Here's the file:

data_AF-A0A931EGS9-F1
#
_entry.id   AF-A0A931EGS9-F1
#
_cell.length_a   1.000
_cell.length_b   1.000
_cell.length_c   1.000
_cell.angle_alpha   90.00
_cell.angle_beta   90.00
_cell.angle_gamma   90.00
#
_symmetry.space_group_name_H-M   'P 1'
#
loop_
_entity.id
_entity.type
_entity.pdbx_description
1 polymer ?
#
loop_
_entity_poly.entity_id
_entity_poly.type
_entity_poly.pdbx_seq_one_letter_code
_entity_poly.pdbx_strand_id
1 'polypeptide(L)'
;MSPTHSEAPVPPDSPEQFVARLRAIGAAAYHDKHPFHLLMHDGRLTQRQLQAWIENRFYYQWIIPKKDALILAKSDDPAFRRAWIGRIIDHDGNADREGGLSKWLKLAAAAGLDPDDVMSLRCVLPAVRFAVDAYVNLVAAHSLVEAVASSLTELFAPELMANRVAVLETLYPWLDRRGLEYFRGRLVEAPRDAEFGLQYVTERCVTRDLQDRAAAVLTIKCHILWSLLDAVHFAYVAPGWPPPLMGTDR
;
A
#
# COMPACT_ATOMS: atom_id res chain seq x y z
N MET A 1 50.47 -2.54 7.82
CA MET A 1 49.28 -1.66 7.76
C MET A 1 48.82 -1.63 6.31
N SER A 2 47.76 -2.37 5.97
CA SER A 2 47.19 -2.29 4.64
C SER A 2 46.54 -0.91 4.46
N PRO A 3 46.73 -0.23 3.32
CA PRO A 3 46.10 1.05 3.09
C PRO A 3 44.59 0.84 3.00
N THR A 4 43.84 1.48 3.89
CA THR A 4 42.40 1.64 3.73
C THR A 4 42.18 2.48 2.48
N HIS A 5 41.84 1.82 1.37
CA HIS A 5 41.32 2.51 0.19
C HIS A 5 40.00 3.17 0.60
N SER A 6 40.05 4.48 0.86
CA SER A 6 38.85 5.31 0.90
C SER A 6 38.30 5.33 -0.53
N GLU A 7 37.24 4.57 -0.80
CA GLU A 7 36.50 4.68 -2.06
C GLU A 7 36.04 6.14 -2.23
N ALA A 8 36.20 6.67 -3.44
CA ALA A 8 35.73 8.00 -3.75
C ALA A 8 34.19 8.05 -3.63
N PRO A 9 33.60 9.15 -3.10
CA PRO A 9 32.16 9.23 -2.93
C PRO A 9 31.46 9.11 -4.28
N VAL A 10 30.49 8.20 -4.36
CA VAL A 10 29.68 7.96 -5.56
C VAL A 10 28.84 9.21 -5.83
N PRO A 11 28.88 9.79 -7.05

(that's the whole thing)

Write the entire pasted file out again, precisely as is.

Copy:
data_AF-A0A931EGS9-F1
#
_entry.id   AF-A0A931EGS9-F1
#
_cell.length_a   1.000
_cell.length_b   1.000
_cell.length_c   1.000
_cell.angle_alpha   90.00
_cell.angle_beta   90.00
_cell.angle_gamma   90.00
#
_symmetry.space_group_name_H-M   'P 1'
#
loop_
_entity.id
_entity.type
_entity.pdbx_description
1 polymer ?
#
loop_
_entity_poly.entity_id
_entity_poly.type
_entity_poly.pdbx_seq_one_letter_code
_entity_poly.pdbx_strand_id
1 'polypeptide(L)'
;MSPTHSEAPVPPDSPEQFVARLRAIGAAAYHDKHPFHLLMHDGRLTQRQLQAWIENRFYYQWIIPKKDALILAKSDDPAFRRAWIGRIIDHDGNADREGGLSKWLKLAAAAGLDPDDVMSLRCVLPAVRFAVDAYVNLVAAHSLVEAVASSLTELFAPELMANRVAVLETLYPWLDRRGLEYFRGRLVEAPRDAEFGLQYVTERCVTRDLQDRAAAVLTIKCHILWSLLDAVHFAYVAPGWPPPLMGTDR
;
A
#
# COMPACT_ATOMS: atom_id res chain seq x y z
N MET A 1 50.47 -2.54 7.82
CA MET A 1 49.28 -1.66 7.76
C MET A 1 48.82 -1.63 6.31
N SER A 2 47.76 -2.37 5.97
CA SER A 2 47.19 -2.29 4.64
C SER A 2 46.54 -0.91 4.46
N PRO A 3 46.73 -0.23 3.32
CA PRO A 3 46.10 1.05 3.09
C PRO A 3 44.59 0.84 3.00
N THR A 4 43.84 1.48 3.89
CA THR A 4 42.40 1.64 3.73
C THR A 4 42.18 2.48 2.48
N HIS A 5 41.84 1.82 1.37
CA HIS A 5 41.32 2.51 0.19
C HIS A 5 40.00 3.17 0.60
N SER A 6 40.05 4.48 0.86
CA SER A 6 38.85 5.31 0.90
C SER A 6 38.30 5.33 -0.53
N GLU A 7 37.24 4.57 -0.80
CA GLU A 7 36.50 4.68 -2.06
C GLU A 7 36.04 6.14 -2.23
N ALA A 8 36.20 6.67 -3.44
CA ALA A 8 35.73 8.00 -3.75
C ALA A 8 34.19 8.05 -3.63
N PRO A 9 33.60 9.15 -3.10
CA PRO A 9 32.16 9.23 -2.93
C PRO A 9 31.46 9.11 -4.28
N VAL A 10 30.49 8.20 -4.36
CA VAL A 10 29.68 7.96 -5.56
C VAL A 10 28.84 9.21 -5.83
N PRO A 11 28.88 9.79 -7.05